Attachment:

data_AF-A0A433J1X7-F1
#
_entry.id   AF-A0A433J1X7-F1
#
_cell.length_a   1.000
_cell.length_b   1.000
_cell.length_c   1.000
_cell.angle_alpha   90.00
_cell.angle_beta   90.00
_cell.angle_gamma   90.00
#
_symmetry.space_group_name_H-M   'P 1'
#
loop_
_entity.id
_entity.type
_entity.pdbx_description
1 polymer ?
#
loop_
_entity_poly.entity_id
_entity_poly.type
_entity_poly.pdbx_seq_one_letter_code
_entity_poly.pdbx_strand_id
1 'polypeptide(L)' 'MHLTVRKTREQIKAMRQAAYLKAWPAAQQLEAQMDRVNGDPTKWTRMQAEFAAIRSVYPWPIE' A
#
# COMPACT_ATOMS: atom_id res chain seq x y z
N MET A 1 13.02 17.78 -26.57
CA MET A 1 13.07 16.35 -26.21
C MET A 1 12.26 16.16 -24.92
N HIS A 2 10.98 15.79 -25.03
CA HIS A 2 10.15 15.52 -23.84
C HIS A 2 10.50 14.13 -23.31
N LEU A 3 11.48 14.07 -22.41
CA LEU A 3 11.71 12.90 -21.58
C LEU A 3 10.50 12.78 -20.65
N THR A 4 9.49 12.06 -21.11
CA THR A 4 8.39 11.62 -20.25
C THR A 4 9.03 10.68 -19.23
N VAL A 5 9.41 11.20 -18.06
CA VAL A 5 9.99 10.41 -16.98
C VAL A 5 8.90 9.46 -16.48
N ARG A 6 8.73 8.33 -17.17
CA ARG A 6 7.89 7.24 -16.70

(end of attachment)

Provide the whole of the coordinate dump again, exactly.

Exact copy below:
data_AF-A0A433J1X7-F1
#
_entry.id   AF-A0A433J1X7-F1
#
_cell.length_a   1.000
_cell.length_b   1.000
_cell.length_c   1.000
_cell.angle_alpha   90.00
_cell.angle_beta   90.00
_cell.angle_gamma   90.00
#
_symmetry.space_group_name_H-M   'P 1'
#
loop_
_entity.id
_entity.type
_entity.pdbx_description
1 polymer ?
#
loop_
_entity_poly.entity_id
_entity_poly.type
_entity_poly.pdbx_seq_one_letter_code
_entity_poly.pdbx_strand_id
1 'polypeptide(L)' 'MHLTVRKTREQIKAMRQAAYLKAWPAAQQLEAQMDRVNGDPTKWTRMQAEFAAIRSVYPWPIE' A
#
# COMPACT_ATOMS: atom_id res chain seq x y z
N MET A 1 13.02 17.78 -26.57
CA MET A 1 13.07 16.35 -26.21
C MET A 1 12.26 16.16 -24.92
N HIS A 2 10.98 15.79 -25.03
CA HIS A 2 10.15 15.52 -23.84
C HIS A 2 10.50 14.13 -23.31
N LEU A 3 11.48 14.07 -22.41
CA LEU A 3 11.71 12.90 -21.58
C LEU A 3 10.50 12.78 -20.65
N THR A 4 9.49 12.06 -21.11
CA THR A 4 8.39 11.62 -20.25
C THR A 4 9.03 10.68 -19.23
N VAL A 5 9.41 11.20 -18.06
CA VAL A 5 9.99 10.41 -16.98
C VAL A 5 8.90 9.46 -16.48
N ARG A 6 8.73 8.33 -17.17
CA ARG A 6 7.89 7.24 -16.70